Tokio Hotel return as the Kings of Suburbia

Today marks the official US release of Kings of Suburbia, the new album from my favorite men of Magdeburg, Tokio Hotel.  Five years since their last release, Kings of Suburbia brings Tokio Hotel to the forefront with a new look, a current sound, and a fresh take on what makes Tokio Hotel tick.

Lead-up to the album began with the release of 3 videos for the songs “Run, Run, Run”, “Girl Got a Gun”, and “Love Who Loves You Back”. Each shows a very different take on the album and I think that was a wise move on their part. Tokio Hotel have really stretched their range on this album and the first 3 releases were proof of just how varied this album was going to be. Ok…I’ll admit it.”Girl Got a Gun” really threw me for a loop as a longtime fan and it was with a hint of trepidation that I hit the “Buy Album” button on iTunes last week with the early release.  My fears, however, were put to rest from the first beat. (And yes…even “Girl Got a Gun” has grown on me and dare I say…I may even like it! I think it‘s Gustav‘s drums, but don‘t tell anyone I said so.)

“Feel It All” is the first track on the album and lays down the dance floor anthem feel for the rest of the album.  This is a song to throw your arms up in the air and let go to.  The electronics continue with “Stormy Weather” and I have to say, two songs in and I was already in love with this album. No, this is not the pop/rock sound that old Tokio Hotel fans are used to, or even the beginnings of the more electronic sounds we heard in their last release, Humanoid. The influence of the LA night club scene and EDM is apparent and guess what?  I’m ok with that! The dance floor drama continues throughout the album with songs like “Covered in Gold” and “We Found Us”, both of which find me turning up the volume and laying down the moves.

What would a Tokio Hotel album be without a sultry ballad or two?  Kings of Suburbia delivers two such songs in “Run, Run, Run” and “Invaded”.  Lyrics of longing is what Bill is known for and neither of these songs disappoint. I love the fact that both songs really show that even stripped down, the guys are stretching their creative muscles and exploring new territory while still giving us that yearning we have loved them for since “Rette Mich”.  Both songs are, in a word, perfection, and tear at the heart in all the right places.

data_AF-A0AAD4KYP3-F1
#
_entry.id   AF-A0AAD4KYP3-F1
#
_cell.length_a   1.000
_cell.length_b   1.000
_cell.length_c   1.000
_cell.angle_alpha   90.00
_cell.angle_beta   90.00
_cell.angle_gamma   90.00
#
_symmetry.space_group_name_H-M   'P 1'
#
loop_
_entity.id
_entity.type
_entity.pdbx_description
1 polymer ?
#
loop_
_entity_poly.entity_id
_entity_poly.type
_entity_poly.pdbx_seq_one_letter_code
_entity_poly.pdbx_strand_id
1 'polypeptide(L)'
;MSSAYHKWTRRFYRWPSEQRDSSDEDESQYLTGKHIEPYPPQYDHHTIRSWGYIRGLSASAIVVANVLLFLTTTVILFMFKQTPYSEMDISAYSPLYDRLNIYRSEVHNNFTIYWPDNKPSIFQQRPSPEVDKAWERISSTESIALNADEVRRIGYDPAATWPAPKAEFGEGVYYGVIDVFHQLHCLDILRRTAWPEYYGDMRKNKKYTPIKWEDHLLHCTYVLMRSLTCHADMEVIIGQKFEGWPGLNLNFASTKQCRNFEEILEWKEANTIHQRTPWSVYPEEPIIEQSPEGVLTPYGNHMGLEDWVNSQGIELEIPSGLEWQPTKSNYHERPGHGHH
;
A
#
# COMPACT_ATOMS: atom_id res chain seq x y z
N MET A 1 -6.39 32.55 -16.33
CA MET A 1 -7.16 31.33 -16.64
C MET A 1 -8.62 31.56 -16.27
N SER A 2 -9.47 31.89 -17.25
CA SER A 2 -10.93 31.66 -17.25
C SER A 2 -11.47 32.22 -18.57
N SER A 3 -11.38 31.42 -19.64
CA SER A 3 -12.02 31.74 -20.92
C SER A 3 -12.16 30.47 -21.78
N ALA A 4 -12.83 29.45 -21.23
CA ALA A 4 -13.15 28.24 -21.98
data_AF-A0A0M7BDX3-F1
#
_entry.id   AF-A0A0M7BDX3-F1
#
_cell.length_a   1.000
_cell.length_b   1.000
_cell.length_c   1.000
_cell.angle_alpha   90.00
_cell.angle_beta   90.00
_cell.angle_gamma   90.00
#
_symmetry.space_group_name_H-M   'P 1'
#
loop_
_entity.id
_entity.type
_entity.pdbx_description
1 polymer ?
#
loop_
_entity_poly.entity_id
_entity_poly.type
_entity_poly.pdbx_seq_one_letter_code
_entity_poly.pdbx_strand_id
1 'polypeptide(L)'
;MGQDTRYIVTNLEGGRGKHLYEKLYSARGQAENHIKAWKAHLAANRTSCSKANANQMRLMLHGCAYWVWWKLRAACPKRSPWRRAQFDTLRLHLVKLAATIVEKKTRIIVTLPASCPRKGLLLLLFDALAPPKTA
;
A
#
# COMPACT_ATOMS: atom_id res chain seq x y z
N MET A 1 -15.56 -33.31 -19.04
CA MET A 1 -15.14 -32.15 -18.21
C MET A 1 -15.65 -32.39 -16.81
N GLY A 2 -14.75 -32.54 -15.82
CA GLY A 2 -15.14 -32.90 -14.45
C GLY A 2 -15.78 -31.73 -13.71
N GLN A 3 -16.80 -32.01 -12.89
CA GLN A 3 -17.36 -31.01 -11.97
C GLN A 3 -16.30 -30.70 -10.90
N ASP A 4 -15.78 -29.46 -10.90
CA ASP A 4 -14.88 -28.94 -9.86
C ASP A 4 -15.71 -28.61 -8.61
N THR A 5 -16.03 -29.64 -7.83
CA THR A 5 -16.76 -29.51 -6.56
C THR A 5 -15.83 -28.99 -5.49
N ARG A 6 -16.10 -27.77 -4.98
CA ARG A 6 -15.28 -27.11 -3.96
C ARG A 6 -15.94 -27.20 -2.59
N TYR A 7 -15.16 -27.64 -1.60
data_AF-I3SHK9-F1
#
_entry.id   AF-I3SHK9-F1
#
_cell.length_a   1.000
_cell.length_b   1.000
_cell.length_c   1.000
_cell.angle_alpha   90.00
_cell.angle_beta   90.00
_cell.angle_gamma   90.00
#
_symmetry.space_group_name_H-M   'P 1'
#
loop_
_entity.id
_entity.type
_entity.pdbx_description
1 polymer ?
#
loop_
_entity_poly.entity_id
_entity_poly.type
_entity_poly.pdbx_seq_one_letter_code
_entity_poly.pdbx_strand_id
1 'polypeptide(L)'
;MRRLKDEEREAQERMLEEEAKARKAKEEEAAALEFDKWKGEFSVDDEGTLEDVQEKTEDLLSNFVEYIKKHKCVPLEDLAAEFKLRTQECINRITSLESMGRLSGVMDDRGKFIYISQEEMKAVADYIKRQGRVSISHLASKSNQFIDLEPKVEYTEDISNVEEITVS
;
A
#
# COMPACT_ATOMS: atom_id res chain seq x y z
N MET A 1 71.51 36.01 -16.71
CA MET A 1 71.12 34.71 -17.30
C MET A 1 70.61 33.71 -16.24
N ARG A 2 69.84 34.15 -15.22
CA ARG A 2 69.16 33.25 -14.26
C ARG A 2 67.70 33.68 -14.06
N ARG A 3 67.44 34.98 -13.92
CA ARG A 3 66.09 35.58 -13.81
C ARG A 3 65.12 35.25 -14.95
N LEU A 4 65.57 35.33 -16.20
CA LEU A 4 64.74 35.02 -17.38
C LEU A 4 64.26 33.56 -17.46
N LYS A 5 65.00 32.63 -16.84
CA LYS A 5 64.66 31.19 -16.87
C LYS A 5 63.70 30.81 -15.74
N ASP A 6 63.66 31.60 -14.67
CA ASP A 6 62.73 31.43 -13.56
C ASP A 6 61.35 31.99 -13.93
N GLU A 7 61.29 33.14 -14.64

Songs like “Never Let You Down” and the title track, “Kings of Suburbia” bring back some of that old Tokio Hotel sound while still remaining true to the sound of the new album. It just goes to show that change and growth doesn’t have to mean complete reinvention, but rather an incorporation of what was and what is to come.

“Love Who Loves You Back” is the clear hit single from the album and is a song I could certainly hear playing all over the airwaves right now.  While the ballads clearly tickle at the heartstrings, this song, combined with a too sexy for words video, hits a little further below the belt. *nudge, nudge, wink, wink*  The production on this song is impeccable and widely appealing with influences from disco, to 80’s pop/synth, to the current alternative sounds. This is my new earworm.  I’m not complaining.

Fifteen songs in on the Deluxe edition; I’m hooked and hitting replay. To the people who thought Tokio Hotel were some teeny-bopper band who would disappear after their first fifteen minutes, those days are gone and these guys have done nothing if not prove that they are here to stay without relying on the past.  I dare you to try the new album and see for yourselves.  To fans who want the old sound back, I wouldn’t hold my breath, but give this one a chance! I think you’ll be pleasantly surprised.  I, for one, am proud of how far “my boys” have come and can’t wait to see how far they will go.

Kings of Suburbia is available now on iTunes and Amazon.

Tokio Hotel on the web:
www.tokiohotel.com  |  Facebook  |  Twitter  |  YouTube  |  Instagram

Paula Frank

issue 14 footer

Leave a Reply

Your email address will not be published. Required fields are marked *